The palace complex, the center of the city, extended over an area of ​​300 by 450 m. Originally, Persepolis was intended as a fortress. But then Darius turned Persepolis into a royal city. The entire huge palace complex, including the surrounding city, was taken over by the troops of Alexander the Great in 330 BC. completely destroyed. Much has since been excavated, uncovered and partially restored. You enter the terrace today through the treasure house, which was rightly named at the time, because after the conquest by Alexander, over 3,000 camels carried devices made of gold and silver, valuable robes and jewelry from this building. You can see the Harem of Xerxes, which now houses the Persepolis Museum with many excavated pieces. The throne hall and the large reception hall are also worth seeing, as are the stables in which the royal horses were housed. All the buildings - including the Darius Palace and the Palace of Artaxerxes - are impressive in size.

Tabriz is the capital of Azerbeidjan Province and one of the largest cities in Iran. It was founded in the 8th century by Zobeiyde, the wife of the caliph Harun ar Rashid, who wanted to relax there in the mountain air. It later became the seat of the Mongolian khans who ruled Persia for over a century. At that time the Al Ischa mosque was built, on the ruins of which the Tabriz Citadel now stands. It is a huge building, of which only three side walls have been preserved. However, these rise at heights of 40 m. The massive brick complex can be seen from afar. Another ruin is Masdjid-i-Kabud, the blue mosque. It was built in the 15th century and unfortunately destroyed by an earthquake. But even its remains show that it must have been one of the most beautiful buildings in the Orient. Isfahan In Isfahan there are dozens of remarkable, mostly very artistically executed buildings from the period between the 15th and 17th centuries. The Masdjid-i-Sha originated in the 17th century. It is one of the most impressive mosques in the Orient. Its four minarets reach a height of 48 m and 52 m respectively, the dome even 54 m. It rises, adorned with faience, above the central hall. The artistic, very colorful, yet harmonious mosaic works are overwhelmingly beautiful. All minarets and the dome, as well as some other buildings belonging to the mosque, are clad inside and outside with mosaic stones. The color blue predominates; there are also an infinite number of flower and tendril ornaments. A second gem of Persian architecture and stylish faience mosaics is the Masdjid-i-Lutfollah. It also dates from the 17th century, but has no minarets. Nevertheless, the building, the entire square interior of which is decorated with ornaments, is a masterpiece. Opposite the Lutfollah Mosque is the "High Gate", the "Ali Kapu", which was once the entrance to the imperial palace. The gate carries a balcony from which the ruler and his guests could watch games and parades.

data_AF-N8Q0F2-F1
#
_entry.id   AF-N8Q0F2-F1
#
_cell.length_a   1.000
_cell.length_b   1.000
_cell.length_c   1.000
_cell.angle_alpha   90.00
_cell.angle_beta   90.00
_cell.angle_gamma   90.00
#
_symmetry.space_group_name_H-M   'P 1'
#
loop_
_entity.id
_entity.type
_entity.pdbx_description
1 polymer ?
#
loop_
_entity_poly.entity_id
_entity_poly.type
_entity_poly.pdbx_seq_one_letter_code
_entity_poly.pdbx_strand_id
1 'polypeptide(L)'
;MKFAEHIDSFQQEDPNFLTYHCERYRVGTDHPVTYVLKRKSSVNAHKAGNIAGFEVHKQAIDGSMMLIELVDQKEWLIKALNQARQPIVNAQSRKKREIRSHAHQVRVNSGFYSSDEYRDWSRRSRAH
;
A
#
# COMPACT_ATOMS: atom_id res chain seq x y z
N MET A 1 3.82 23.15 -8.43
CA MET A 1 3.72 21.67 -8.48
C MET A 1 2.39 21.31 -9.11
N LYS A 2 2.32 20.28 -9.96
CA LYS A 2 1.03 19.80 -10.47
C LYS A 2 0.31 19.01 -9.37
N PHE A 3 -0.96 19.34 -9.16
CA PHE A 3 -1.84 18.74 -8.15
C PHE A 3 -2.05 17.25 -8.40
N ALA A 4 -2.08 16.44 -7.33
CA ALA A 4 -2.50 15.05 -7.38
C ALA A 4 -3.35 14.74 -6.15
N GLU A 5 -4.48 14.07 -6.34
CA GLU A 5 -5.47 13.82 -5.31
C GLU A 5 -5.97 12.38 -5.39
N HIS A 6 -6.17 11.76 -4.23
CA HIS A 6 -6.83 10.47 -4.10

Yazd is the capital of the province of the same name and is located on the edge of the Kavir Desert at an altitude of 1,215 m. It is one of the oldest cities in Iran. The old town of Yazd is a maze of small alleys and covered passages, it consists mainly of adobe buildings. Everywhere on the roofs there are wind towers, the badgires, which provide a little cooling in the desert city in the hot summer. An old town house, the Khan-e Lari, has been restored and can be visited. The Friday Mosque with the highest double minaret in the whole country is also well worth seeing. Another special feature are the covered bazaars, which testify to the great importance of the city as a trading center. Yazd was the center of the Zoroastrians during the Sassanid period.